Whether a career starter or a career changer, one of the best ways to become a Medical Scientist is to pursue a bachelor’s degree program at an accredited college. You can enroll in the Medical Laboratory Science program at Brookline College with a high school diploma or GED and a passing grade on the Scholastic Level Exam.
2. Earn Your Bachelor’s Degree in Medical Laboratory Science
Most bachelor’s degree programs will include general education requirements like math, communications, and social and behavioral sciences. Of course, they also include degree-specific studies. As an aspiring Medical Scientist, you’ll study topics like microbiology, organic and chemical chemistry, hematology, and immunology. In addition, you’ll likely receive hands-on training in laboratories or simulated settings, providing you with practical knowledge about medical equipment.
3. Obtain Certification with a Major Professional Organization
Once you have earned a medical laboratory science degree, seeking additional certifications would be highly beneficial. Enhance your job and career prospects by pursuing certification with the American Medical Technologists (AMT) or the American Society of Clinical Pathology (ASCP).
While AMT certification requires passing a standardized, multiple-choice test, ASCP certification uses computer-adaptive testing to test your knowledge. This means that a correct answer will prompt a more difficult question, an incorrect answer will produce a less difficult question, and so on.
How Much Does It Cost to Earn a Medical Scientist Degree?
Some colleges or universities charge $20,000 or more per semester for tuition alone—this amount doesn’t include necessities like books, lab fees, etc. However, the surge in virtual education has made a bachelor’s degree more accessible than ever. While comparing colleges, remember to look for accredited institutions that volunteer their tuition rates and other costs for your education. It couldn’t hurt to look for a college with online classes, too!
Medical Scientist Salary
How Much Do Medical Scientists Make?
According to the Bureau of Labor Statistics, the average salary for a Medical Scientist is about $104,000, or about $50 per hour, which is higher, on average, than most other occupations. Medical Scientists in the top 10% of earners can make more than $166,000 annually.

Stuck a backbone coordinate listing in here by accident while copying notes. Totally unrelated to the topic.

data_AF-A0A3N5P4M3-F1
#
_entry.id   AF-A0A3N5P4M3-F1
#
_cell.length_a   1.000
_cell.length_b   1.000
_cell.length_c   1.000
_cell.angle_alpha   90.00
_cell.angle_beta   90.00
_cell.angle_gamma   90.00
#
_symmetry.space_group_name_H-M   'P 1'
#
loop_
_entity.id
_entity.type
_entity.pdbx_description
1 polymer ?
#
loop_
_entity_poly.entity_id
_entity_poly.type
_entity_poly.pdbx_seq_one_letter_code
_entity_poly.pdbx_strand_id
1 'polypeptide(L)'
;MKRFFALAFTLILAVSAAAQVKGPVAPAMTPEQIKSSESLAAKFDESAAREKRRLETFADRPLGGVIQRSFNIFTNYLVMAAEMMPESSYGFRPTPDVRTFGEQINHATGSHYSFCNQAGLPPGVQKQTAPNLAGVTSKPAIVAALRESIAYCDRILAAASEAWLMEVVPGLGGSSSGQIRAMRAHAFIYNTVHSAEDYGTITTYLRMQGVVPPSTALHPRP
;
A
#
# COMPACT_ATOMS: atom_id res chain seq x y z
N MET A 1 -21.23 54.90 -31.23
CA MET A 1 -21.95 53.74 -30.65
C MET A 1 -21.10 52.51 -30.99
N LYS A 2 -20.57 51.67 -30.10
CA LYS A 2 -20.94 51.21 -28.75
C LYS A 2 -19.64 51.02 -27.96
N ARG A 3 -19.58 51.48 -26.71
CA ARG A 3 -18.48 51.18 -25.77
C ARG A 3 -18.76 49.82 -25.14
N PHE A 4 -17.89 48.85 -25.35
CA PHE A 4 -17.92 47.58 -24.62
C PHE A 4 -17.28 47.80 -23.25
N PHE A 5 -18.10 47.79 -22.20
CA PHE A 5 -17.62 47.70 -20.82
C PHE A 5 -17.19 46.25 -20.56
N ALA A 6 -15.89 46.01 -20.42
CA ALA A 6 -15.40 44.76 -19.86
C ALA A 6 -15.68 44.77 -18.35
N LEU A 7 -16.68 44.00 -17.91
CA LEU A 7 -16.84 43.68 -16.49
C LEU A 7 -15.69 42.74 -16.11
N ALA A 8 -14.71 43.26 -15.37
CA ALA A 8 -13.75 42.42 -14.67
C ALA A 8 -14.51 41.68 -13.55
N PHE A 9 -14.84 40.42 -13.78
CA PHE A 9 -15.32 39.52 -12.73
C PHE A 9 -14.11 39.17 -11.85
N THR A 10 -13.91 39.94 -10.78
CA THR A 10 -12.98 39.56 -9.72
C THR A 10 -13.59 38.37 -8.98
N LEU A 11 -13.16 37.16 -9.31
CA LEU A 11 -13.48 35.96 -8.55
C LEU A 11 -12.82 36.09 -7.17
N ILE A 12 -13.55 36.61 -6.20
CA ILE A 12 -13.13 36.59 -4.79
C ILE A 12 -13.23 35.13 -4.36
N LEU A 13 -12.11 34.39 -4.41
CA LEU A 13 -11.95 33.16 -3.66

Highest Paying Industries for Medical Scientists
According to the BLS, these are the top-paying industries for Medical Scientists:
|Industry||Average Hourly Pay||Average Salary|
|Electronic Markets, Agents, & Brokers||$90.50||$188,240|
|Federal Executive Branch||$66.96||$139,280|
|Grantmaking & Giving Services||$63.72||$132,540|
|Computer Systems Design||$62.14||$129,240|
Highest Paying States for Medical Scientists
|State||Average Hourly Pay||Average Salary|
Highest Paying Cities for Medical Scientists
|City||Average Hourly Pay||Average Salary|
|Columbia, South Carolina||$74.79||$155,570|
|New Haven, Connecticut||$66.82||$138,990|
|San Jose, California||$66.44||$138,190|
|San Francisco, California||$65.83||$136,920|
|Ithaca, New York||$65.30||$135,820|
What is the Job Outlook for Medical Scientists?
By 2031, the BLS projects employment of Medical Scientists to grow by 17%, which is much higher than the average growth rate for all jobs (5%). As the population ages, the rate of chronic disease will increase. Medical Scientists are vital when it comes to the research of disease treatment.
Start Your Dream Career as a Medical Scientist
If you have an insatiable desire to contribute to a healthier world, a career as a Medical Scientist could be an incredibly rewarding path for you. Learn more about the Medical Laboratory Science Program at Brookline College and get started on the road to a satisfying new field of work.